In the next stage of the experiment, two participants were asked to navigate a conventional colonoscope into the colon of two anaesthetised pigs - and then to repeat the task with the magnet-controlled robotic system using the different levels of assistance. A vet was in attendance to ensure the animals were not harmed.

The participants were scored on the NASA Task Load Index, a measure of how taxing a task was, both physically and mentally. The NASA Task Load Index revealed that they found it easier to operate the colonoscope with robotic assistance. A sense of frustration was a major factor in operating the conventional colonoscope and where participants had direct control of the robot.

The table reveals how challenging the task was. The greener colours indicate...
The table reveals how challenging the task was. The greener colours indicate tasks that were less challenging.
Source: University of Leeds

James Martin, a PhD researcher from the University of Leeds who co-led the study, said: "Operating the robotic arm is challenging. It is not very intuitive and that has put a brake on the development of magnetic flexible colonoscopes. But we have demonstrated for the first time that it is possible to offload that function to the robotic system, leaving the operator to think about the clinical task they are undertaking - and it is making a measurable difference in human performance."

The techniques developed to conduct colonoscopy examinations could be applied to other endoscopic devices, such as those used to inspect the upper digestive tract or lungs.

Dr Bruno Scaglioni, a Postdoctoral Research Fellow at Leeds and co-leader of the study, added: "Robot-assisted colonoscopy has the potential to revolutionize the way the procedure is carried out. It means people conducting the examination do not need to be experts in manipulating the device. That will hopefully make the technique more widely available, where it could be offered in clinics and health centres rather than hospitals."

The research is published in Nature Machine Intelligence.

Subscribe to our newsletter

Related articles

Sensor chip detects cancer biomarker in urine

Sensor chip detects cancer biomarker in urine

Researchers have used a chip-based sensor with an integrated laser to detect very low levels of a cancer protein biomarker in a urine sample.

A robotic visualization system for neurosurgery

A robotic visualization system for neurosurgery

Study evaluated robotic operative microscope for neurosurgery and found that the KINEVO 900 provides various improvements over the previous microscope.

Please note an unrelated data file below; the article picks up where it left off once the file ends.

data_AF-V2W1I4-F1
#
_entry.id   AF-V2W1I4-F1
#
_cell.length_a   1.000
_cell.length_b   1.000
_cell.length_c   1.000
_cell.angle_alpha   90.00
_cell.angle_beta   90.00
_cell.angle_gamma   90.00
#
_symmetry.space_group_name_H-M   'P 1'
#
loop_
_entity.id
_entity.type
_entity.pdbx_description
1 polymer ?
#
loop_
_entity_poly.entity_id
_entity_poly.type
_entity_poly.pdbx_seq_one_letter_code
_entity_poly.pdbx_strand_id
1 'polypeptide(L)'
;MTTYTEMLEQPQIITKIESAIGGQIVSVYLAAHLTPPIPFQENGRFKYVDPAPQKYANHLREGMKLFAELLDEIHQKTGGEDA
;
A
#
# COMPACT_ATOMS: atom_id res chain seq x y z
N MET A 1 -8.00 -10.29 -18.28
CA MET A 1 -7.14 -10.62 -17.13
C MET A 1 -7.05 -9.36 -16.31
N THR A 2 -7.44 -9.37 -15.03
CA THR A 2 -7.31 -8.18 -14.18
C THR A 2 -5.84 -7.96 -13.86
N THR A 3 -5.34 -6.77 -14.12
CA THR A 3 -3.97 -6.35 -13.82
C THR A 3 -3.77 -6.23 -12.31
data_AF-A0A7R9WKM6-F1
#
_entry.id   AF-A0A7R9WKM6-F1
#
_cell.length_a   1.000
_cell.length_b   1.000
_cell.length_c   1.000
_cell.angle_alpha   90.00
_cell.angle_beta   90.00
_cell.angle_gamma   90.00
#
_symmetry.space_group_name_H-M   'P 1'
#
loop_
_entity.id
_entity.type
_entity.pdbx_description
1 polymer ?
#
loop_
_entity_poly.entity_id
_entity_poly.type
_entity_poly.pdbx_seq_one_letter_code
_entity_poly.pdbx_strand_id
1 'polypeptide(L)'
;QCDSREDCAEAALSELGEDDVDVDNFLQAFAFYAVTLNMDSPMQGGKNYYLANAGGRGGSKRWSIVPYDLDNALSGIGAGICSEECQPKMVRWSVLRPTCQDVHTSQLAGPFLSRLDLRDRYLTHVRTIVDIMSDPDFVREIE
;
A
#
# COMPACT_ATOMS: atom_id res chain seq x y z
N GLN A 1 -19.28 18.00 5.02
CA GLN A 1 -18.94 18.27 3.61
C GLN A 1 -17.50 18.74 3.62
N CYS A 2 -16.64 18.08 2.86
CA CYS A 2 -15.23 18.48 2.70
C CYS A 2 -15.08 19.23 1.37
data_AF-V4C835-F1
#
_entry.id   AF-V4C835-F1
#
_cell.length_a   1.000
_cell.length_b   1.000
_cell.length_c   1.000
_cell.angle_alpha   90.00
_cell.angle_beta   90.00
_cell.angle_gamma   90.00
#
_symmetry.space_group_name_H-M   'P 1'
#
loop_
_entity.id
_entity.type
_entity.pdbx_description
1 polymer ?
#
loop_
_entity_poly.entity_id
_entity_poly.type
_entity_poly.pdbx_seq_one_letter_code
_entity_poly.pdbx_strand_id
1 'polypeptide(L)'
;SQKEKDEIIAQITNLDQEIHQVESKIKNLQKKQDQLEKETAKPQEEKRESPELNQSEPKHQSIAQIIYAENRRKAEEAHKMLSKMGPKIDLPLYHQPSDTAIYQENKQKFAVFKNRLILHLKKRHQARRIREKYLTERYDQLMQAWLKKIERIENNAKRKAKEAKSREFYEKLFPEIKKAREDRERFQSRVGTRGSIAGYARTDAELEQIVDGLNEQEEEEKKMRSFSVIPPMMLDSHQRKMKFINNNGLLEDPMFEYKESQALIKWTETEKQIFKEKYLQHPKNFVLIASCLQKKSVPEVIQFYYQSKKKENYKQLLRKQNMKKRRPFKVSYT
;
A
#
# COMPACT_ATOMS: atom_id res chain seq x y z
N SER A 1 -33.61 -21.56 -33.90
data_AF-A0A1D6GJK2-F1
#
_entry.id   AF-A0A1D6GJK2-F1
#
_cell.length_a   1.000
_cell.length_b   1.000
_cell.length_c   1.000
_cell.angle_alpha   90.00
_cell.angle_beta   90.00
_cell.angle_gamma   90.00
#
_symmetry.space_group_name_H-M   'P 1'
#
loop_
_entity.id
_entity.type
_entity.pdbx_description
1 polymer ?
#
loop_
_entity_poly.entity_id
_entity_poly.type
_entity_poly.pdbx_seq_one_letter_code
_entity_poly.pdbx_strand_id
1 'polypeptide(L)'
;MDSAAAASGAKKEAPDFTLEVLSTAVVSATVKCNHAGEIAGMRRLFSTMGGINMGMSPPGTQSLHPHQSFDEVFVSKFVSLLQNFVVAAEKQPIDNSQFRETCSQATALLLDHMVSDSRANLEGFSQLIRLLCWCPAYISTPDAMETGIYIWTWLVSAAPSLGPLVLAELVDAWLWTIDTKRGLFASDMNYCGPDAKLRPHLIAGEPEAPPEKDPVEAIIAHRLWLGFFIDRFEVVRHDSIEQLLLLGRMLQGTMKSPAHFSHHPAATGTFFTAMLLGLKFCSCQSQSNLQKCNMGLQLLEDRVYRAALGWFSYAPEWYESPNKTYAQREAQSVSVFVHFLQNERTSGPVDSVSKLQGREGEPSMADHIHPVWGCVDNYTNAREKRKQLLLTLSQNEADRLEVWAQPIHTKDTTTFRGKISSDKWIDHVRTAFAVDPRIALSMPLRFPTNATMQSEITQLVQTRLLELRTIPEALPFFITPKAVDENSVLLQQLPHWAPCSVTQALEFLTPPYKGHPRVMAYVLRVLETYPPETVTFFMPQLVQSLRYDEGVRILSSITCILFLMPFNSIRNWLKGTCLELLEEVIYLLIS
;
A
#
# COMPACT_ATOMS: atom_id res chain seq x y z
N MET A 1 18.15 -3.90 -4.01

An automated robotic device for faster blood testing

An automated robotic device for faster blood testing

Researchers have created an automated blood drawing and testing device that provides rapid results,could speed hospital work, enhance healthcare.

AI-enabled rapid diagnostic test for COVID-19

AI-enabled rapid diagnostic test for COVID-19

Scientists have developed an extremely rapid diagnostic test that detects and identifies viruses in less than five minutes.

Holographic imaging to detect viruses

Holographic imaging to detect viruses

A new approach using holographic imaging to detect both viruses and antibodies has the potential to aid in medical diagnoses and, specifically, those related to the COVID-19 pandemic.

3D printed micro-scale fluid channels

3D printed micro-scale fluid channels

Researchers have 3D printed unique fluid channels at the micron scale that could automate production of diagnostics, sensors, and assays used for a variety of medical tests and other applications.

COVID-19 testing: Robotic platform helps to scale up capacity

COVID-19 testing: Robotic platform helps to scale up capacity

Researchers havee repurposed robotic technology normally used for synthetic biology research to help with testing for COVID-19.

‘Cyborg’ tech could enable merger of humans and AI

‘Cyborg’ tech could enable merger of humans and AI

Although true “cyborgs” — part human, part robotic beings — are science fiction, researchers are taking steps toward integrating electronics with the body.

AI with 'imagination' could help doctors with diagnosis

AI with 'imagination' could help doctors with diagnosis

This is the first known time that AI has used causation instead of correlations to support doctors with diagnosis in simulated cases.

Popular articles